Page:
In July of this year, I will hit my 10 year "dependent" mark. How I made it through 10 years of deployments, TDYs, 80 million acronyms and more camouflage than I know what to do with it, I’ll never know, but I do know this -- my attitude toward all things military has changed considerably since I was a sweet, little (ahem, in comparison to now) 19-year-old spouse, fresh out of her parents’ house and wide-eyed at a world I’d never known.
You, too, may be feeling more, um, seasoned than you have in the past. So how can you tell whether you're still a newbie or now a 'seasoned' spouse? Let me count the ways.
New spouse: Camouflage EVERYTHING. Camo beanie, camo shoes, camo purse, camo car sticker, camo desktop background, camo… oh, look at that. The word has lost all meaning.
Seasoned spouse: PLEASE, NO. No. More. CAMO. Actually, can you hide your uniforms in the closet when you come home, the pattern now makes me nauseous.
New spouse: Oh my gawd, we get a three-bedroom house all to ourselves?! What are we going to put in these rooms, we don’t have any furniture! I know, one room will be the “beer pong” room, and the other can be the military room, that’s where you can keep ALL of your stuff nice and organized.
Seasoned spouse: Welp, a three-bedroom house means no room for guests to stay, and no place for the antique grandfather clock, and no extra closet for military gear, and if you think I’m giving up the top of my closet for your spare combat boots, you have another thing coming, mister!
New spouse: They canceled your leave?! Please tell me you’re kidding. No, of course I didn’t buy travel insurance; it was an extra $75! I was trying to save money! Can’t you ask nicely?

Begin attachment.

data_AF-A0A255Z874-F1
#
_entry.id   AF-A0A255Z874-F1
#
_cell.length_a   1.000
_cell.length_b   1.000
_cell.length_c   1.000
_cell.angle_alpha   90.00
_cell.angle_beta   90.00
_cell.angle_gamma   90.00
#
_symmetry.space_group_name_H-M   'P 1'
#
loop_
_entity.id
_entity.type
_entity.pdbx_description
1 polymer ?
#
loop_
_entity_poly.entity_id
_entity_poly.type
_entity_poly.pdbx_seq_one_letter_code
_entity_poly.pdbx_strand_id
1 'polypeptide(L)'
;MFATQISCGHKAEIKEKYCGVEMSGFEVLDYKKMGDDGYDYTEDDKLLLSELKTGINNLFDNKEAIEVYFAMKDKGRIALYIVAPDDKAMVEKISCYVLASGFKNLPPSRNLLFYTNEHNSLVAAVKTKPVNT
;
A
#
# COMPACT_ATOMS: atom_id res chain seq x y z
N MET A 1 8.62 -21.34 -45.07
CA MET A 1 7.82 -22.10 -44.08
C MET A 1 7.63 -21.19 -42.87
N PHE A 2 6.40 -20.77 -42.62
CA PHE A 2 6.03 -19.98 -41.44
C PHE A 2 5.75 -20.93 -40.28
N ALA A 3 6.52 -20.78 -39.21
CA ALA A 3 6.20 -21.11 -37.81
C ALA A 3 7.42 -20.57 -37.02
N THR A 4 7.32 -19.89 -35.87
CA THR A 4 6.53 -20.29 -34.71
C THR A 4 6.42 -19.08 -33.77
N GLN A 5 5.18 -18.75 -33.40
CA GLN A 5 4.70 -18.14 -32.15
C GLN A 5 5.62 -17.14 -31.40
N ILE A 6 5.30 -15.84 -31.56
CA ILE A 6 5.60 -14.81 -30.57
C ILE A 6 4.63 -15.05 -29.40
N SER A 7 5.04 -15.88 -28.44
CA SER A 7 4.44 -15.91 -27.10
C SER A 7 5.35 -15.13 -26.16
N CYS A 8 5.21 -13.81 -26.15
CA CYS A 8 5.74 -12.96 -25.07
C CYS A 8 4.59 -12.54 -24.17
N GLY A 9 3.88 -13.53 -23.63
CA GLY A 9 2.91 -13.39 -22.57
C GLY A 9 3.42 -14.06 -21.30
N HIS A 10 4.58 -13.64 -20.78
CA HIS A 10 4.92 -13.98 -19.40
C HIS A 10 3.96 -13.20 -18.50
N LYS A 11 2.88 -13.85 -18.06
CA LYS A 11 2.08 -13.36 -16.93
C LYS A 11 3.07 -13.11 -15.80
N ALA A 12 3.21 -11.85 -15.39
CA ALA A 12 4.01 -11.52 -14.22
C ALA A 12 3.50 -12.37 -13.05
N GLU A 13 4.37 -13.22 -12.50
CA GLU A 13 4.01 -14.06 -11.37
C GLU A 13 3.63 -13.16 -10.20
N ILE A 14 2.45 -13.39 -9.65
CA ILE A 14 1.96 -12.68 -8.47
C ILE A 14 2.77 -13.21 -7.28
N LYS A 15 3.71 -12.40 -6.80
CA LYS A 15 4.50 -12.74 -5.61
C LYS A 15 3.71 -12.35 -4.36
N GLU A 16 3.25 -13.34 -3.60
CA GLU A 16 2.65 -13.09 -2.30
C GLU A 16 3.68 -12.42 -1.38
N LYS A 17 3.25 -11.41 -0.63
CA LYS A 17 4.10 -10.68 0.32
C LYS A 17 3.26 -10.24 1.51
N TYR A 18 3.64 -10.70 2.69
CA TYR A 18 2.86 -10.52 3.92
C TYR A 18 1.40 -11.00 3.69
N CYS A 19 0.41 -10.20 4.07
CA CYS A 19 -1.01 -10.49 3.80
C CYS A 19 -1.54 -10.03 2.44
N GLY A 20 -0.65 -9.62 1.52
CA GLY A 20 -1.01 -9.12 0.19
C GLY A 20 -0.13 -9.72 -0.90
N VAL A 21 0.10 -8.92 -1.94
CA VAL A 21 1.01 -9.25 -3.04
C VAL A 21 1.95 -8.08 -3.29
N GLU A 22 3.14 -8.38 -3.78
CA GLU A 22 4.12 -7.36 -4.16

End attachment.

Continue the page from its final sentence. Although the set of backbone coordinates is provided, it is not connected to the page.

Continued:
Seasoned spouse: Again? Siiiiiiiiiiiigggggh. Okay. Calling the airline. No way, you tell the kids.
New spouse: Wait, why is everyone stopping? What’s happening? Why are you saluting? You’re saluting the flag? Where is it, I don’t see it? Is that the National Anth--?
Seasoned spouse: *Wipes away a tear with a hand over her heart as her 3-year-old salutes the flag like daddy.*
New spouse: Babe, I can’t cook dinner tonight. No, you don’t understand ... it was payday, and I went to the commissary.
Seasoned spouse: It’s payday, which means pizza night! Commissary shopping happens two days from now. I learned my lesson.
New spouse: What? A deployment? Oh my gosh. To where? For how long? I didn’t think it would happen so fast! I can’t believe this. I can’t believe this. No, I’ll be okay. In a minute. I just need to calm down. Wow, I didn’t really think it would be this hard. No, I’ll be strong, I will, it’s just ... wow ... I’m going to miss you so much. I love you.
Seasoned spouse: A deployment. Hmm. How long? Hmm. When do you leave? Okay, I’ll start some lists. Let’s talk about when to tell the kids. They’re strong, honey, they’ll be okay. We’ll be okay. You worry about you. We’re here for you. We love you.
New spouse: PCS orders?! Woohoo! A new adventure, when do we leave? Soon? I can have the house packed in an hour, because we own about three pieces of furniture. Not for six months? DANG.
Seasoned spouse: SERIOUSLY? I just ordered curtains to fit the windows.
New spouse: How do I do it? Do what? Love my spouse? Super easy.
Seasoned spouse: How do I do it? Do what? Love my spouse? Super easy.
That last one will never change. I didn’t know how to maneuver the military lifestyle 10 years ago, and I’m still learning 10 years later, but seeing my guy walk through the front door, bathed in camouflage and all, makes it worth it.